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February 26, 2020

2212 Main Mall
Vancouver, BC V6T 1Z4
Canada

host: graduate students, cookies Pirmin N and Tom B

Abstract: Dispersal plays a central role in adaptive evolution by determining the range of environments that are colonized and the extent of gene flow that occurs among populations. At the same time, an individual’s dispersal strategy is determined by phenotypic traits that are typically heritable and variable within species, and thus can evolve (sometimes rapidly) by natural selection. Our lab is evaluating variation in dispersal in Lasthenia (Asteraceae), a small genus of predominantly wind- and gravity-dispersed annual plants that are restricted to different habitats in the California Floristic Province of California. We are currently exploring the hypothesis that variation in the spatial and temporal distribution of suitable habitat has driven observed differences in dispersal traits among three Lasthenia species that specialize on different microhabitats within vernal pool landscapes. In this talk, I will present some of our recent work on the traits that determine seed dispersal distance in Lasthenia, as well as preliminary outcomes of a field experiment that investigates the fitness consequences of different dispersal distances.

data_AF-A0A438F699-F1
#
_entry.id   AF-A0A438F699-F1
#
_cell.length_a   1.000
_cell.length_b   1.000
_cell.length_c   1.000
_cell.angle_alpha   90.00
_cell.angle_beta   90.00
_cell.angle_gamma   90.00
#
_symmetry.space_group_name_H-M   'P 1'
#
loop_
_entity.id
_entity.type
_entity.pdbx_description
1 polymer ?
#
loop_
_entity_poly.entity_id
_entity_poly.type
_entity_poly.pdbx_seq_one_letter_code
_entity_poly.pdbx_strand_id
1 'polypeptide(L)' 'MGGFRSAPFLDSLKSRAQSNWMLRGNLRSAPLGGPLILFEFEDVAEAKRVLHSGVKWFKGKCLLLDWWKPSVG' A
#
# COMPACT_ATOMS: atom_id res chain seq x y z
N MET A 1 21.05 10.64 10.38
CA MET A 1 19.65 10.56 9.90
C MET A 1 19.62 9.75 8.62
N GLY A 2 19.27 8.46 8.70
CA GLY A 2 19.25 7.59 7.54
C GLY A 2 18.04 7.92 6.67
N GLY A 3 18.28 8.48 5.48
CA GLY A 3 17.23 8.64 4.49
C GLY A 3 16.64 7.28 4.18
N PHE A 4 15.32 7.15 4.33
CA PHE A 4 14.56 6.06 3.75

Biodiversity Research Seminar Series (BRS)

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